Utterly realistic novel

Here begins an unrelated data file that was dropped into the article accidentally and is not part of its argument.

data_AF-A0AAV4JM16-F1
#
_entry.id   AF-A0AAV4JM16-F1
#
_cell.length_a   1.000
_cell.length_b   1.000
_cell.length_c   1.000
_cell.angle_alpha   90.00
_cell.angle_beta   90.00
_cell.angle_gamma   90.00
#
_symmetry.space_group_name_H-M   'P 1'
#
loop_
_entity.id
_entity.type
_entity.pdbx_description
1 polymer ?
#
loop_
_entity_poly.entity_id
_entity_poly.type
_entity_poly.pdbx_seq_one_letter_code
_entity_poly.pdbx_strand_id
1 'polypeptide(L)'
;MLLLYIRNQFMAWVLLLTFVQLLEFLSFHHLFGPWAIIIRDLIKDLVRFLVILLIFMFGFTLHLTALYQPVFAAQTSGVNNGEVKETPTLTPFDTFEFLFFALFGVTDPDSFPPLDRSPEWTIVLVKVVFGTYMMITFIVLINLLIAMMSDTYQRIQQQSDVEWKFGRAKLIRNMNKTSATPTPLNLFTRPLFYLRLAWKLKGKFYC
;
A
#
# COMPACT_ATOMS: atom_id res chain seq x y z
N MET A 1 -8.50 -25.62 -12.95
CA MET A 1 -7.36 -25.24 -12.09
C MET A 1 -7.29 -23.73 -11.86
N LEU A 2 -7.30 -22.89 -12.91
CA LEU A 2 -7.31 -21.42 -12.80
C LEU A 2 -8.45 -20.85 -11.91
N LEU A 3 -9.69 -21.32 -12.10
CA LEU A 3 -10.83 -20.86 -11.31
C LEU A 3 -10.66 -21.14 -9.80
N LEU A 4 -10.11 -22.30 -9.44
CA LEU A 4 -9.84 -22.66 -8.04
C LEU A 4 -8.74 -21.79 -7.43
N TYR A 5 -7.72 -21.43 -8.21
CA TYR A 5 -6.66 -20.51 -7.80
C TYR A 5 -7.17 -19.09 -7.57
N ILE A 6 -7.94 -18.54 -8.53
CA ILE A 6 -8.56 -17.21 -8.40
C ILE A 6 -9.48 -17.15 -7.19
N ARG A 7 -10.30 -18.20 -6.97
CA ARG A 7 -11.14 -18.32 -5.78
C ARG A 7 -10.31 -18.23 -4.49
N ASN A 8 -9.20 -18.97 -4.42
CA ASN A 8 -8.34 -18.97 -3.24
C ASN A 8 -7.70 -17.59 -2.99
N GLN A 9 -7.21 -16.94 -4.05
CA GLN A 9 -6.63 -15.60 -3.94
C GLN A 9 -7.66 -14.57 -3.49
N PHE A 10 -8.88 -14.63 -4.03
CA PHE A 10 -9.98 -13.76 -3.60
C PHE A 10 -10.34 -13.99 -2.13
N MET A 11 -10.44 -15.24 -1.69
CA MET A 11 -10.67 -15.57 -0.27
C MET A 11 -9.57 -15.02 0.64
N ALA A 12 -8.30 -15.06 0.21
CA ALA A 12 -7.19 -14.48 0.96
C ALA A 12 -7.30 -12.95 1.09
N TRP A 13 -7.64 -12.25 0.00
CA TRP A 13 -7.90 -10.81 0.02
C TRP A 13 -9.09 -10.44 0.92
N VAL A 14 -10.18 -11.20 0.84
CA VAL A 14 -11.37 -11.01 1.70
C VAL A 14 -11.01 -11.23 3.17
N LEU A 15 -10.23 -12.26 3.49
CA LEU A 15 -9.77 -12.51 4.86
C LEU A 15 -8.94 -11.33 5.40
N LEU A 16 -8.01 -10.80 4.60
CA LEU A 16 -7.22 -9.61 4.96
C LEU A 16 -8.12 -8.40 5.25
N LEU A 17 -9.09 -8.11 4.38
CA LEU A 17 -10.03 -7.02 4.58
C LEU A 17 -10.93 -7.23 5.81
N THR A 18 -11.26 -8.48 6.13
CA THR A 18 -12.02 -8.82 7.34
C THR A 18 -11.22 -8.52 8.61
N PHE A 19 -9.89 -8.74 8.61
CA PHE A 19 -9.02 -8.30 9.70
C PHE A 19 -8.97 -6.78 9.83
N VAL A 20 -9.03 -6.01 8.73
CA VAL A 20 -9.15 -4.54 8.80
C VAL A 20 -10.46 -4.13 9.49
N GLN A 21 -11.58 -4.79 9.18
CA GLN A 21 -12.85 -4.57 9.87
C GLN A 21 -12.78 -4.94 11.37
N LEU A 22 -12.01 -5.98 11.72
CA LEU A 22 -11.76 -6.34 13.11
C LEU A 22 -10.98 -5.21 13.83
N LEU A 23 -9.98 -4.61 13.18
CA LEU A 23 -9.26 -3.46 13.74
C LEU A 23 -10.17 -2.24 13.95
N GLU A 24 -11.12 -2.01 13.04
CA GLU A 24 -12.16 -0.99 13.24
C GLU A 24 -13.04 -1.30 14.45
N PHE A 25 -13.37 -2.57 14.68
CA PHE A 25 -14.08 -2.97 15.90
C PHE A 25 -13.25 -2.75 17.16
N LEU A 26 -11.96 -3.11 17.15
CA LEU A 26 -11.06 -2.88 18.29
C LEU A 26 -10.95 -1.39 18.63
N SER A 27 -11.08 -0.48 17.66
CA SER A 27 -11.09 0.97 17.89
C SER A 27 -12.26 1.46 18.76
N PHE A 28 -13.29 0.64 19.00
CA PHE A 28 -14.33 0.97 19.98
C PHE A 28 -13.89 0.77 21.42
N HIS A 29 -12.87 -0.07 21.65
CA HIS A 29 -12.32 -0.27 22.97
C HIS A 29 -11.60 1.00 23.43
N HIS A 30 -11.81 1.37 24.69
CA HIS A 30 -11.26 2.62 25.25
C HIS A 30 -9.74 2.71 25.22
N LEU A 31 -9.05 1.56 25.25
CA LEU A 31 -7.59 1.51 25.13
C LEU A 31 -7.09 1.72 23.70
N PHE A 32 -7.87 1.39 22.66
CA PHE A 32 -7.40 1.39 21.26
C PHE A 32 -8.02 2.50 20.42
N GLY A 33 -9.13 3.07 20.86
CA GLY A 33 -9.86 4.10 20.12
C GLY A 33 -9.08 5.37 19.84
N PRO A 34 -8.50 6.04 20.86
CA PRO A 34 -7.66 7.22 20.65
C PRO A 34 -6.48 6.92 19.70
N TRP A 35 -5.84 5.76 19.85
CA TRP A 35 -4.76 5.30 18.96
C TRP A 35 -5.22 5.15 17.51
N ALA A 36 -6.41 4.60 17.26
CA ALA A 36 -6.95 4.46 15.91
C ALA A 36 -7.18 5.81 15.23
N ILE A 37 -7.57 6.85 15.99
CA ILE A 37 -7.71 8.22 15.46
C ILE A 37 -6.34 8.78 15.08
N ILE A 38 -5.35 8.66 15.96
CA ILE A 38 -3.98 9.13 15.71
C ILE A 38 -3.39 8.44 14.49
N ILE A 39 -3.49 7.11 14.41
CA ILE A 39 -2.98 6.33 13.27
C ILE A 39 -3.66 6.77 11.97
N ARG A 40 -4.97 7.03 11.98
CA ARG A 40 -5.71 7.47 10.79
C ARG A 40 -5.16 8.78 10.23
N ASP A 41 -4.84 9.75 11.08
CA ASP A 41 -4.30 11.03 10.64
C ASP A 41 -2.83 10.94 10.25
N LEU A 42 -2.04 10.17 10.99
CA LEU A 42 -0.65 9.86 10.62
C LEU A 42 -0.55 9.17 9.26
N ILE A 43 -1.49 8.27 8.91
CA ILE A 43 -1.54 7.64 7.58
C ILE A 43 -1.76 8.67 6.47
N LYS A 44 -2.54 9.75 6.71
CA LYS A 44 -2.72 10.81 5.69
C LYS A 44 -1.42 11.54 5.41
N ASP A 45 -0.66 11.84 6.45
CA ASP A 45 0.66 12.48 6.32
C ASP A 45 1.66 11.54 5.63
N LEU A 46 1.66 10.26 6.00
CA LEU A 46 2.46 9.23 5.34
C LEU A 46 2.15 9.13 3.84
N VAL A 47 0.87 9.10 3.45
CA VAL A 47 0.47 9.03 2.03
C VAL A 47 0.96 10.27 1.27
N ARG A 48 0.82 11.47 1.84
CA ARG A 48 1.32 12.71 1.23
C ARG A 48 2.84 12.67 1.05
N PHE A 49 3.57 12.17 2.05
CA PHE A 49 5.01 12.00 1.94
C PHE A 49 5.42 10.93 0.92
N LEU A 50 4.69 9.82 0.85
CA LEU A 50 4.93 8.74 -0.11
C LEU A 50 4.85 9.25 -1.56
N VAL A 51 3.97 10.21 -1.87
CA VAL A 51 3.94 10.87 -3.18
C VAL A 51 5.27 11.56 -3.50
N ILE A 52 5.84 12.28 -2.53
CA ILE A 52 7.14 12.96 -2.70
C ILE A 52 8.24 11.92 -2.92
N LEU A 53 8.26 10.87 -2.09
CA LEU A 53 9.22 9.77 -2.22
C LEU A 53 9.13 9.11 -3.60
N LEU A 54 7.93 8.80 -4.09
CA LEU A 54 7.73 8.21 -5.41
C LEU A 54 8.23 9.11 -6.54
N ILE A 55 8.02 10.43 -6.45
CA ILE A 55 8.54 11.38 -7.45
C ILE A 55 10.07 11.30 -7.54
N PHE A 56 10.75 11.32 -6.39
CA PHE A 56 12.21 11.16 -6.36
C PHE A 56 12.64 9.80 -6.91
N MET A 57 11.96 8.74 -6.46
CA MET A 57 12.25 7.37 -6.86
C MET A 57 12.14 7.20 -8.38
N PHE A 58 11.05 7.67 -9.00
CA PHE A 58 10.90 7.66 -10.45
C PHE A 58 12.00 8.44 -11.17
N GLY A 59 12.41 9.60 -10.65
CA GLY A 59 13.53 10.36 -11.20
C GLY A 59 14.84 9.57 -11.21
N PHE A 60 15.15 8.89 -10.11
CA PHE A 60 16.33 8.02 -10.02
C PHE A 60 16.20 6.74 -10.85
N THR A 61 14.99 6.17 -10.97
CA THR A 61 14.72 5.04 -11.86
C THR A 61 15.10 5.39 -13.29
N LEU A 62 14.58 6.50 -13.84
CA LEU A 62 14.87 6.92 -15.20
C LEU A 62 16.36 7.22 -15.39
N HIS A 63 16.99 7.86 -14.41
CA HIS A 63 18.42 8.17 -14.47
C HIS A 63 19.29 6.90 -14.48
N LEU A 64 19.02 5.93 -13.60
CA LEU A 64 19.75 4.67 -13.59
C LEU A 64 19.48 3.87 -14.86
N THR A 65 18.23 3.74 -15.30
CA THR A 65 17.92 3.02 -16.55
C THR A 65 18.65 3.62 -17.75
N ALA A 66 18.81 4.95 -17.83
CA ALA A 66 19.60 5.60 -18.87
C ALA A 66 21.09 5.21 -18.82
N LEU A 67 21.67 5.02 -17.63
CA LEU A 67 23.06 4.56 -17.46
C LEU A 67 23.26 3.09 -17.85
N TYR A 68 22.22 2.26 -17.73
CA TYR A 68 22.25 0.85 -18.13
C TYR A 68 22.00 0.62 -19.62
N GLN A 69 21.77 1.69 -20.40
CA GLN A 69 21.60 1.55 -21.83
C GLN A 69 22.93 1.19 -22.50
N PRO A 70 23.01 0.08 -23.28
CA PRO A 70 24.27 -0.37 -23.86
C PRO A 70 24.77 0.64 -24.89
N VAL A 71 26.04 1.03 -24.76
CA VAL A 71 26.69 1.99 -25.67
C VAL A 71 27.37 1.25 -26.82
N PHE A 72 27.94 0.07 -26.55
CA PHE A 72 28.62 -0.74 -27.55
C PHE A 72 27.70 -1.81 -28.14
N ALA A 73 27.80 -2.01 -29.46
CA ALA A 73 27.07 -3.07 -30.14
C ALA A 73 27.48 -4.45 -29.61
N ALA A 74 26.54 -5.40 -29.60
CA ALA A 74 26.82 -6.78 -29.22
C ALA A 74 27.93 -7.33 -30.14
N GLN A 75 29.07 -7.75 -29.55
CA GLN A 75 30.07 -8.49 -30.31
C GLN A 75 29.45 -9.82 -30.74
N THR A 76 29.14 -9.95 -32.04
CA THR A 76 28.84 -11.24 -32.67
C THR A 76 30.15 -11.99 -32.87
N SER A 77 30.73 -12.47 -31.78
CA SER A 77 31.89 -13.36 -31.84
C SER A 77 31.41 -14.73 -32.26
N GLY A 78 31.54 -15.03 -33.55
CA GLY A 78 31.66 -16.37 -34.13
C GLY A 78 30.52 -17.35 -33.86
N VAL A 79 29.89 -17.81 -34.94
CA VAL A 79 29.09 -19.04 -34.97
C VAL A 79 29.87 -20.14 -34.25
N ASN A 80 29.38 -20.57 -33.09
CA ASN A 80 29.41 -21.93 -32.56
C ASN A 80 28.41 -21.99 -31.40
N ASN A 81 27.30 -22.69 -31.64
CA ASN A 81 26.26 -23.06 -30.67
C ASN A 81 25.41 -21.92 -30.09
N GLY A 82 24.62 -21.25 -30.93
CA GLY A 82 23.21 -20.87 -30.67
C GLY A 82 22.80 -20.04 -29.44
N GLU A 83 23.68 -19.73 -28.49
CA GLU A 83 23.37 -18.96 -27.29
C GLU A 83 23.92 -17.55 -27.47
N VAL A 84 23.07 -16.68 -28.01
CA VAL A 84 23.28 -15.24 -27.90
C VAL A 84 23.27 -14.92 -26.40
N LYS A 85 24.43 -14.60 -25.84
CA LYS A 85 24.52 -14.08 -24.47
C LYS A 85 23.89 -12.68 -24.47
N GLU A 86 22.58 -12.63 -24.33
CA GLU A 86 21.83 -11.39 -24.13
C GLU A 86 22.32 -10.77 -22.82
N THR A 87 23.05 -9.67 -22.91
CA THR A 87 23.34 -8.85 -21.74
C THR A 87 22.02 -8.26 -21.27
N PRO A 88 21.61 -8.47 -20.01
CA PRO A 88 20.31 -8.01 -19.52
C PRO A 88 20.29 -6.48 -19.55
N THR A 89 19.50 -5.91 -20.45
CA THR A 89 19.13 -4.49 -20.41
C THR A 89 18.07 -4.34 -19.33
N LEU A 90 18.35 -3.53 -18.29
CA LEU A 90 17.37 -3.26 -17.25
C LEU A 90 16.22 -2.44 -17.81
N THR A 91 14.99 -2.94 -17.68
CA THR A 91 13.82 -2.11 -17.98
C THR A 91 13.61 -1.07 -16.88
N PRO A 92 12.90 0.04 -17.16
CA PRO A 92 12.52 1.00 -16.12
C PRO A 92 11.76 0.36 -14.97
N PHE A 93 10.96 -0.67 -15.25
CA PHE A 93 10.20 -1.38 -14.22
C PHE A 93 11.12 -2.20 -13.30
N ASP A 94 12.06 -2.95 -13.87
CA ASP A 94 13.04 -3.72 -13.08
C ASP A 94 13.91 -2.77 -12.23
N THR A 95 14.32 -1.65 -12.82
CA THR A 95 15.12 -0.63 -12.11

If, like me, you read historical fiction because we lack time-travel machines, you will devour Morgan Wade’s Bottle and Glass. Here’s a round-trip ticket to the War of 1812 as Canadians, kidnapped—a.k.a. “impressed”—recruits, and their wives and mothers experienced it. You’ll despair with the hero as the Crown’s officers rip him and his cousin from their family, lie sleepless with them in their hammocks aboard ship, feel their desperate hunger and thirst—for this utterly realistic novel reminds us that victuals were scanty or altogether absent for earlier generations—, taste the alcohol that drowns their many miseries, pine with them for home. Disdaining to romanticize the past, Bottle and Glass instead dramatizes the fears, disasters and petty struggles for survival when an empire’s war ensnares the innocent—and the love that vanquishes such daunting hardships.